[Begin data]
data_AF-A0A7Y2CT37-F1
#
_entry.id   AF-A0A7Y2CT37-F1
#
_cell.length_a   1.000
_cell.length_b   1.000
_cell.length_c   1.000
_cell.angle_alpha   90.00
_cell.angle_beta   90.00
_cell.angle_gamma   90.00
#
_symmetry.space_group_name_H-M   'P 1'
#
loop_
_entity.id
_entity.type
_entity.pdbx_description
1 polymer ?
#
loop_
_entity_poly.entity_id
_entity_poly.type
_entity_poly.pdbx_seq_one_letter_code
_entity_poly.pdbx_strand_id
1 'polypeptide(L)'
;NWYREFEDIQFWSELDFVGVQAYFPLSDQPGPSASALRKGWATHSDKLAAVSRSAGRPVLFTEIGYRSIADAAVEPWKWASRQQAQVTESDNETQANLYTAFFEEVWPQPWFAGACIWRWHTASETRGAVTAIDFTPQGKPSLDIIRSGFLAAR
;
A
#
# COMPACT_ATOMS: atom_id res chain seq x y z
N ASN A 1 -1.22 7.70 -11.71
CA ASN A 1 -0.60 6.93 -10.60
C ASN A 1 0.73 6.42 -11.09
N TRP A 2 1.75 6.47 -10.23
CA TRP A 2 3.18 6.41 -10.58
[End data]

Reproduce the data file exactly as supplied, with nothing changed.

data_AF-A0A7Y2CT37-F1
#
_entry.id   AF-A0A7Y2CT37-F1
#
_cell.length_a   1.000
_cell.length_b   1.000
_cell.length_c   1.000
_cell.angle_alpha   90.00
_cell.angle_beta   90.00
_cell.angle_gamma   90.00
#
_symmetry.space_group_name_H-M   'P 1'
#
loop_
_entity.id
_entity.type
_entity.pdbx_description
1 polymer ?
#
loop_
_entity_poly.entity_id
_entity_poly.type
_entity_poly.pdbx_seq_one_letter_code
_entity_poly.pdbx_strand_id
1 'polypeptide(L)'
;NWYREFEDIQFWSELDFVGVQAYFPLSDQPGPSASALRKGWATHSDKLAAVSRSAGRPVLFTEIGYRSIADAAVEPWKWASRQQAQVTESDNETQANLYTAFFEEVWPQPWFAGACIWRWHTASETRGAVTAIDFTPQGKPSLDIIRSGFLAAR
;
A
#
# COMPACT_ATOMS: atom_id res chain seq x y z
N ASN A 1 -1.22 7.70 -11.71
CA ASN A 1 -0.60 6.93 -10.60
C ASN A 1 0.73 6.42 -11.09
N TRP A 2 1.75 6.47 -10.23
CA TRP A 2 3.18 6.41 -10.58